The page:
14 December 2016
In 1843, John Kells Ingram wrote a famous Irish political ballad, with the refrain 'Who fears to speak of '98'?', referring to the United Irishmen's uprising of 1798. This was an effort to evoke the memory of '98 in order to inspire a new generation, some of whom will have become involved in the romantic nationalist Young Ireland movement of the 1840s.
17 November 2016
In the aftermath of the UK's referendum in EU membership, I have invited by a number of groups to speak about the impact of Brexit on Irish-UK relations. Here is the gist of what I usually say on such occasions about Irish-UK relations, past, present and future.
01 November 2016
James Joyce's autobiographical novel, A Portrait of the Artist as a Young Man was published in the United States in December 1916, having previously been serialised in a literary magazine. It was a milestone in Joyce's life as a writer and, by the time of its publication, he was already writing his master work, Ulysses, which was published in 1922, just weeks after the establishment of the first independent Irish State.
7 October 2016
On account of Ireland's deep interest in developments in British politics and public policy, our Embassy has for many years been represented at the annual party conferences of the major British parties.
14 September 2016
On 14 September I travelled to Aberystwyth University for the annual conference of the Wales-Ireland Research Network. The conference’s topic was ‘1916 in Ireland and Wales’. The conference was attended by academics from Ireland and Britain and heard a range of papers, including one on Frongoch where the 1916 combatants were interned in 1916-17.
07 September 2016
Tom Kettle was killed on the 9th of September 1916 at Ginchy during the horrendous 160-day battle of the Somme. He was one of up to 50,000 Irishmen who perished during the 4 years of the First World War.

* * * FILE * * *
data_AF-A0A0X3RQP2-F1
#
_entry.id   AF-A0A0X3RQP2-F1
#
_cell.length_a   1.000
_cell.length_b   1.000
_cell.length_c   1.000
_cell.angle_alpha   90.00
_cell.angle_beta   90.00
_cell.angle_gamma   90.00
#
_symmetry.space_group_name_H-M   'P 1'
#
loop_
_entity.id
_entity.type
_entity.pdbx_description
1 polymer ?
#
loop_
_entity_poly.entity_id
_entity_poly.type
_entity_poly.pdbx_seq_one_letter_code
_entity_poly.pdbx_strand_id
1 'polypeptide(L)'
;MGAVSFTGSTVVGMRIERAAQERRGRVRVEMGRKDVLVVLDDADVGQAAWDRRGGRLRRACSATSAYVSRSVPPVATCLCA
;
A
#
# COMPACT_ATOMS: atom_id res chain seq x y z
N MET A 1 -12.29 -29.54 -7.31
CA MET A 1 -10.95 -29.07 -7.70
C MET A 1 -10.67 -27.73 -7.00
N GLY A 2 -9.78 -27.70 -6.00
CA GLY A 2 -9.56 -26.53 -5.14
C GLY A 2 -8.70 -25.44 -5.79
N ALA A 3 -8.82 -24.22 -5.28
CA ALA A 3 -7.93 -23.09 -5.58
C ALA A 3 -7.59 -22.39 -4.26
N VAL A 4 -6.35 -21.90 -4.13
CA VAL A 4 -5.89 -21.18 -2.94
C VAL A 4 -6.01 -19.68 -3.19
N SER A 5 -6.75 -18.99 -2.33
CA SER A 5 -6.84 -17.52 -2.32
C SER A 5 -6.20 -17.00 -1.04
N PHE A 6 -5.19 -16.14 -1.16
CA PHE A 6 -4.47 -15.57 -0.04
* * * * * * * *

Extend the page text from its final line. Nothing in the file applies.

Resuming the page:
26 July 2016
When James Joyce wrote that 'history is to blame', he was alluding to the burden of Irish history, whose weight he felt in his own life and which was one of the reasons why he spent most of his days in exile from Ireland.
08 July 2016
On a recent Saturday, I travelled to the Royal Military Academy at Sandhurst for the Royal Irish Regiment's centenary commemoration of the Battle of the Somme where I paid my respects to the memory of the many Irishmen who died during that most terrible of battles.
20 June 2016
Yes, Dexys do Irish - they really do! It's not that common for an Embassy to host a nine-song set by a seven-piece band, but that's what happened when Dexys came to play tracks from their new album, 'Let the record show: Dexys do Irish and Country Soul'.
03 June 2016
I am getting a bit weary of hearing the European Union derided as undemocratic or as an unaccountable bureaucracy. These claims do not square with my own experience of the EU, whose affairs I have followed since I first joined the Irish diplomatic service in 1978. They seem to me to be based on a lack of understanding, wilful or otherwise, of the necessarily complex ways in which the EU operates.
20 May 2016